# When is the 4-velocity useful?

1. Aug 7, 2013

### copernicus1

I'm a little confused about when I would use the 4-velocity for a particle on a world line. I got confused the other day when I was trying to derive the relativistic velocity addition formula. I thought I could write down a particle's 4-velocity in one frame, $v^\mu=\gamma(c,v_x,0,0)$, and then boost it into another frame, and I got something close to the velocity addition formula but not quite. And usually, when we say something is moving with some velocity in one frame, we are just talking about the classical velocity. So when would one actually use the 4-velocity? If anyone can also explain why it doesn't work to derive the velocity addition formula that would be very helpful!

Thanks

2. Aug 8, 2013

### WannabeNewton

Hi there copernicus! Actually you can derive the velocity addition formula using the Lorentz transformation of the 4-velocity. Say we have a frame $O$ in which the 4-velocity has the components $u = (u^t,u^x,u^y,u^z)$; let $v^i = \frac{u^i}{u^t}$ denote the components of the 3-velocity as measured with respect to $O$. Consider a boost along the $x$-axis of frame $O$ to a frame $O'$ with speed $w$. The 4-velocity transforms as $u^{\mu'} = \Lambda^{\mu'}_{\nu}u^{\nu}$ so for example $u^{t'} = \gamma u^{t}(1 - w v^{x}), u^{x'} = \gamma u^{t}( v^x-w )$ hence $v^{x'} = \frac{v^x-w}{1 - w v^{x}}$ as usual. Similarly $v^{y'} = \frac{v^{y}}{\gamma (1 - w v^{x})}$ and $v^{z'} = \frac{v^{z}}{\gamma (1 - w v^{x})}$.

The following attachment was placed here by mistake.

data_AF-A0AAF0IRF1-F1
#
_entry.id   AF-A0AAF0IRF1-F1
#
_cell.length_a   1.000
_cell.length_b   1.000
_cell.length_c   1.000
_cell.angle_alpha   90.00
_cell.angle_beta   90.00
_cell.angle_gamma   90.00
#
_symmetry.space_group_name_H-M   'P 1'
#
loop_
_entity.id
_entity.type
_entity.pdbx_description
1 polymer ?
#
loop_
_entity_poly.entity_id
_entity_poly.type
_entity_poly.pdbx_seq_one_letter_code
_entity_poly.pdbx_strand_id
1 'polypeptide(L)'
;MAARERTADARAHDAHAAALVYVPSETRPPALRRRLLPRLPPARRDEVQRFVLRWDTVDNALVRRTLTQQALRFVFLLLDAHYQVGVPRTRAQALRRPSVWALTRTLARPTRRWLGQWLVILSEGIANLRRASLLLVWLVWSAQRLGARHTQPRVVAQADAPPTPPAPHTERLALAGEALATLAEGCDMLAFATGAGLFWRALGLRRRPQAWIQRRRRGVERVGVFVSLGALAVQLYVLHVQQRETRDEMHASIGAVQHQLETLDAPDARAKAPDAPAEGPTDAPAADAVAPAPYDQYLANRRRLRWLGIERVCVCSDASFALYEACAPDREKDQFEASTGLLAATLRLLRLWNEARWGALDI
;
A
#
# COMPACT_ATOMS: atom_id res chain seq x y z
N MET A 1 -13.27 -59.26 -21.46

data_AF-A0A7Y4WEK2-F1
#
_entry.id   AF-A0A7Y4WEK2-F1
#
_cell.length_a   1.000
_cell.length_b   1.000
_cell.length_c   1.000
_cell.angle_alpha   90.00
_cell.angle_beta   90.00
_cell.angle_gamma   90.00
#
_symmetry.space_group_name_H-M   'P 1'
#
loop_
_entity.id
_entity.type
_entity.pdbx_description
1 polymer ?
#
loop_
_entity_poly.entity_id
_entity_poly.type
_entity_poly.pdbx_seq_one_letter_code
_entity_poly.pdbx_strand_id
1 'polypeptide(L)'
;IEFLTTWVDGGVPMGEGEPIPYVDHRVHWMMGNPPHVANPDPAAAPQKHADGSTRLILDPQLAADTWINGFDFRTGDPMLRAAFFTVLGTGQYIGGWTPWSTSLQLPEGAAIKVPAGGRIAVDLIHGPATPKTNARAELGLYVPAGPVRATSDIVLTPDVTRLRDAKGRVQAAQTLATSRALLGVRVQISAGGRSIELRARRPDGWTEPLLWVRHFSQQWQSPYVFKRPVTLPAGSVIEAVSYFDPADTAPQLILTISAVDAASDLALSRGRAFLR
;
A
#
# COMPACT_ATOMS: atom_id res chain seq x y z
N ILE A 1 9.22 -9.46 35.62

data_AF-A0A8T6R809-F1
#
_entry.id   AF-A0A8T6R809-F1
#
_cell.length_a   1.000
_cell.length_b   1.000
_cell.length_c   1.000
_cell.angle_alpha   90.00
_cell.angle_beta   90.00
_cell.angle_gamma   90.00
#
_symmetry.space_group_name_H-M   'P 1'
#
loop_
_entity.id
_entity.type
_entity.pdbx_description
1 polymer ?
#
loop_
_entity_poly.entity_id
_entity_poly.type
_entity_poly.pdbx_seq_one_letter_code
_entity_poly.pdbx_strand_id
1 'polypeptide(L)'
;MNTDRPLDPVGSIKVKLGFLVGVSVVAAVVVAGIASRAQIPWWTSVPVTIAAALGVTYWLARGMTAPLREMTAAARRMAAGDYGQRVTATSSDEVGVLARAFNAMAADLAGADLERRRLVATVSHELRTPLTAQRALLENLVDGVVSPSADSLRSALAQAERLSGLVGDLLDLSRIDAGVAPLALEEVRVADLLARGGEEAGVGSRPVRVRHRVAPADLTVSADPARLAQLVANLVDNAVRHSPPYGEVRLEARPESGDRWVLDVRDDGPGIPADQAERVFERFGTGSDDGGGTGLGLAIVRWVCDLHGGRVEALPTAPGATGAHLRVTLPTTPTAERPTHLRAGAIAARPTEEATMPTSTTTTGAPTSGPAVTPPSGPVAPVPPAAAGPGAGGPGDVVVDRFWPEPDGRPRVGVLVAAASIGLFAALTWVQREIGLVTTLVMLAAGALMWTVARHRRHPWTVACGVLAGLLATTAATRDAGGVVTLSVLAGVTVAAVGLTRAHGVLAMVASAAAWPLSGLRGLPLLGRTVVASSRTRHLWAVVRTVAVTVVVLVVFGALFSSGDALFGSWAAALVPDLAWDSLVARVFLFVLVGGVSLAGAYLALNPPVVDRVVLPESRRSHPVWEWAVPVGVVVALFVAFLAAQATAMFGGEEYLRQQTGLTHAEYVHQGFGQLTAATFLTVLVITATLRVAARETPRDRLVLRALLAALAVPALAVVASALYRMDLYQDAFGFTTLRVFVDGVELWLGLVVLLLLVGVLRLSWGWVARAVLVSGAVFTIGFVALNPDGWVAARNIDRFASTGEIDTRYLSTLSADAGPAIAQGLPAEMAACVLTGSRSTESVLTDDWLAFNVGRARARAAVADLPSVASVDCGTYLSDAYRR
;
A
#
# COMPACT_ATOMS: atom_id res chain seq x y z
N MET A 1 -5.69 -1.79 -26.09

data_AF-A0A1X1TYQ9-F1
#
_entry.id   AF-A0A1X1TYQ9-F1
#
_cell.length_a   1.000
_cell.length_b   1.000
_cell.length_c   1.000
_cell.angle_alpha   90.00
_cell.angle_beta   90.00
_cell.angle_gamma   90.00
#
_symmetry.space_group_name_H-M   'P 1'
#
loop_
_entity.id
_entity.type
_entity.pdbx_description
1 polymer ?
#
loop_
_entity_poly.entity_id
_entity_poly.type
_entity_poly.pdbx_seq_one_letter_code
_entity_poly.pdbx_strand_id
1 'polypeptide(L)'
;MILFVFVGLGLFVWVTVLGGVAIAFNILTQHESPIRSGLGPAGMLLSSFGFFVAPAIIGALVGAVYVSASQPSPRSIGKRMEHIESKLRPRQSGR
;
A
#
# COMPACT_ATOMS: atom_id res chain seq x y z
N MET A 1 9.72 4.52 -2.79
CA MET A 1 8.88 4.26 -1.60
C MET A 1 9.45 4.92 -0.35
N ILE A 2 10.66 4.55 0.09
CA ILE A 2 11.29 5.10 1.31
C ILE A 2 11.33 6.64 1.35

When you formulate SR through the framework of Minkowski space-time, you work with 4-vectors belonging to this space-time much like how you work with 3-vectors belonging to regular Euclidean 3-space when doing Newtonian mechanics.